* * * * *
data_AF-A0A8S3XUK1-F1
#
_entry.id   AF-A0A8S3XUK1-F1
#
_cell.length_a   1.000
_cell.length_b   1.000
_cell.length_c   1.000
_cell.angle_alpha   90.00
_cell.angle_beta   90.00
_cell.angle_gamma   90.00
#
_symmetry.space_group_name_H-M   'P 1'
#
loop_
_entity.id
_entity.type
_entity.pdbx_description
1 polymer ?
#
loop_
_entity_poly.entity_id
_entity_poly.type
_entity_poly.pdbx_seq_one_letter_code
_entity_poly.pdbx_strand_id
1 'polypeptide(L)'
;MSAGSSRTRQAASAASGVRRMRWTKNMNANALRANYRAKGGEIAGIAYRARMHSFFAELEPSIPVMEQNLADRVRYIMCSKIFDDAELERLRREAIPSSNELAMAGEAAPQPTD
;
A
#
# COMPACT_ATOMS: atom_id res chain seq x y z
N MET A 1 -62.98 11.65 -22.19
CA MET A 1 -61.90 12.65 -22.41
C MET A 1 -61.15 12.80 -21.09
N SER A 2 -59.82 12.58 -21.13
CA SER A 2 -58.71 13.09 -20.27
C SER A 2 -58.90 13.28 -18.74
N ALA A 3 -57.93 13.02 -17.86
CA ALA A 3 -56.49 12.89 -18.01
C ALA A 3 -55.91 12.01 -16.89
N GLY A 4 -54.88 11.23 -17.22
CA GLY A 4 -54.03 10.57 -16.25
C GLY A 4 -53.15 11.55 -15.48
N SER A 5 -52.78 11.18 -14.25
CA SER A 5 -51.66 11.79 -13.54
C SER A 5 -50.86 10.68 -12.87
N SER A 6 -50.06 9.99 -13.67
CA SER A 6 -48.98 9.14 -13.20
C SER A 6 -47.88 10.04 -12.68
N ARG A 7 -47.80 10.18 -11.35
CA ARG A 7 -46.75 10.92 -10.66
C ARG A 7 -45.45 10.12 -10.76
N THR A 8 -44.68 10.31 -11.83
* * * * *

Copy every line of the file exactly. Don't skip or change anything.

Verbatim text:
data_AF-A0A8S3XUK1-F1
#
_entry.id   AF-A0A8S3XUK1-F1
#
_cell.length_a   1.000
_cell.length_b   1.000
_cell.length_c   1.000
_cell.angle_alpha   90.00
_cell.angle_beta   90.00
_cell.angle_gamma   90.00
#
_symmetry.space_group_name_H-M   'P 1'
#
loop_
_entity.id
_entity.type
_entity.pdbx_description
1 polymer ?
#
loop_
_entity_poly.entity_id
_entity_poly.type
_entity_poly.pdbx_seq_one_letter_code
_entity_poly.pdbx_strand_id
1 'polypeptide(L)'
;MSAGSSRTRQAASAASGVRRMRWTKNMNANALRANYRAKGGEIAGIAYRARMHSFFAELEPSIPVMEQNLADRVRYIMCSKIFDDAELERLRREAIPSSNELAMAGEAAPQPTD
;
A
#
# COMPACT_ATOMS: atom_id res chain seq x y z
N MET A 1 -62.98 11.65 -22.19
CA MET A 1 -61.90 12.65 -22.41
C MET A 1 -61.15 12.80 -21.09
N SER A 2 -59.82 12.58 -21.13
CA SER A 2 -58.71 13.09 -20.27
C SER A 2 -58.90 13.28 -18.74
N ALA A 3 -57.93 13.02 -17.86
CA ALA A 3 -56.49 12.89 -18.01
C ALA A 3 -55.91 12.01 -16.89
N GLY A 4 -54.88 11.23 -17.22
CA GLY A 4 -54.03 10.57 -16.25
C GLY A 4 -53.15 11.55 -15.48
N SER A 5 -52.78 11.18 -14.25
CA SER A 5 -51.66 11.79 -13.54
C SER A 5 -50.86 10.68 -12.87
N SER A 6 -50.06 9.99 -13.67
CA SER A 6 -48.98 9.14 -13.20
C SER A 6 -47.88 10.04 -12.68
N ARG A 7 -47.80 10.18 -11.35
CA ARG A 7 -46.75 10.92 -10.66
C ARG A 7 -45.45 10.12 -10.76
N THR A 8 -44.68 10.31 -11.83